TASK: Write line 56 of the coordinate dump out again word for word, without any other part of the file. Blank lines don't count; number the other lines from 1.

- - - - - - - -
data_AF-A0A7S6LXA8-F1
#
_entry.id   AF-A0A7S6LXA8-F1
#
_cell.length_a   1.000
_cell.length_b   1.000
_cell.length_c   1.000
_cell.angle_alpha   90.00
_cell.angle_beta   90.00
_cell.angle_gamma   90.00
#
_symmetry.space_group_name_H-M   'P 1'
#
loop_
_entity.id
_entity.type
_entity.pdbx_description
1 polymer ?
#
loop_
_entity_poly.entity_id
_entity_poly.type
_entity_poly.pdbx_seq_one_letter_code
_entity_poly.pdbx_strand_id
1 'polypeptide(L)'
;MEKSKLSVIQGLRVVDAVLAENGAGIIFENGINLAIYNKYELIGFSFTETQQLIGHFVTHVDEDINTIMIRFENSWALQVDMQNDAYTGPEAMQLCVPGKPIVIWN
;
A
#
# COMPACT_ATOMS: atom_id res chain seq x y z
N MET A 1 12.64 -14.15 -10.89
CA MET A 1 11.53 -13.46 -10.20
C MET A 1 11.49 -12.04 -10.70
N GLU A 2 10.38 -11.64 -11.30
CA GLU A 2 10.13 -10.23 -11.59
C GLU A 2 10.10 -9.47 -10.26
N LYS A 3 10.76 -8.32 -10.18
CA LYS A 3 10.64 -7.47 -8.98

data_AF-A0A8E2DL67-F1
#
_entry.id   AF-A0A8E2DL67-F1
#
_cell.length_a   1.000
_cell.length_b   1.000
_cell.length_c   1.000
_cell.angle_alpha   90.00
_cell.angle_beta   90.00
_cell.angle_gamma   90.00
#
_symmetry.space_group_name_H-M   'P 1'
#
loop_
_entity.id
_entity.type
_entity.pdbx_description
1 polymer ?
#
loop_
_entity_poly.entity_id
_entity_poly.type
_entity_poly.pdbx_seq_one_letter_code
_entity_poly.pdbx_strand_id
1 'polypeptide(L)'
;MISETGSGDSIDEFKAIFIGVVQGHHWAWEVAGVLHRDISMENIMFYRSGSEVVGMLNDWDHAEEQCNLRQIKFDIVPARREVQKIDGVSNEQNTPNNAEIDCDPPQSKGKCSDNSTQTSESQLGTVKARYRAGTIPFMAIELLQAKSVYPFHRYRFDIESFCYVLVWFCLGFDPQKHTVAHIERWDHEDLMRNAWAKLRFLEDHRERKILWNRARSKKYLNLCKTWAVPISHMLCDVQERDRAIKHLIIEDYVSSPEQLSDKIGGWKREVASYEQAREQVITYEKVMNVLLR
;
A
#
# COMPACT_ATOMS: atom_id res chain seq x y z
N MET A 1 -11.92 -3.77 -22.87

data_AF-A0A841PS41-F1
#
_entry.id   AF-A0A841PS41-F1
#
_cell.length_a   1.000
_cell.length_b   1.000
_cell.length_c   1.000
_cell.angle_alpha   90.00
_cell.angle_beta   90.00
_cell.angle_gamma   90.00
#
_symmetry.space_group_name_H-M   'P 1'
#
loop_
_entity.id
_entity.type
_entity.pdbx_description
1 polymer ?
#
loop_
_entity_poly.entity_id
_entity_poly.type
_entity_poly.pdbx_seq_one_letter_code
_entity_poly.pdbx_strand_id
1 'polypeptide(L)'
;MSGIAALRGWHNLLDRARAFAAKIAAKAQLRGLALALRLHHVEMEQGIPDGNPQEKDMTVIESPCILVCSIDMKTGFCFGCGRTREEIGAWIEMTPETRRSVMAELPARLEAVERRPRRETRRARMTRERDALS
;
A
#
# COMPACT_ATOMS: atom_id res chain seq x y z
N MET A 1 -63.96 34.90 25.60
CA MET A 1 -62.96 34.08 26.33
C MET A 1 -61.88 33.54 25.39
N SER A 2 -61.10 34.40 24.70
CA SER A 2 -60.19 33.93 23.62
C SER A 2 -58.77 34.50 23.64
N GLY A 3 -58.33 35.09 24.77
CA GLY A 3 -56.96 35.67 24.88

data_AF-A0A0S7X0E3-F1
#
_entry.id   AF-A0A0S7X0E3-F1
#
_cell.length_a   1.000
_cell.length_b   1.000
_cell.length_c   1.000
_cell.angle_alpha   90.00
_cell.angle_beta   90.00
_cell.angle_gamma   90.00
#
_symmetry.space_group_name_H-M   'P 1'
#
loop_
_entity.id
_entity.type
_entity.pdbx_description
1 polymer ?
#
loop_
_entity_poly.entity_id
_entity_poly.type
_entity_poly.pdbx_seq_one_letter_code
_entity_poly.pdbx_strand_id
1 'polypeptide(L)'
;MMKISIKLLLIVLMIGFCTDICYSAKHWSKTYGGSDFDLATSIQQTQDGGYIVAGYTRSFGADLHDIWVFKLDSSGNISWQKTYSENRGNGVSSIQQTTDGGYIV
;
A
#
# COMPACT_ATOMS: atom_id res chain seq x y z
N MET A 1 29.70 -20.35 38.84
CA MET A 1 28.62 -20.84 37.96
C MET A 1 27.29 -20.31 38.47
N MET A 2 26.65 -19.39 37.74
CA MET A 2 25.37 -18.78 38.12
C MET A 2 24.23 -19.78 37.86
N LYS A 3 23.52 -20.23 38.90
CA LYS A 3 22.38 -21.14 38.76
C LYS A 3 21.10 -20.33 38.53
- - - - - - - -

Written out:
1 polymer ?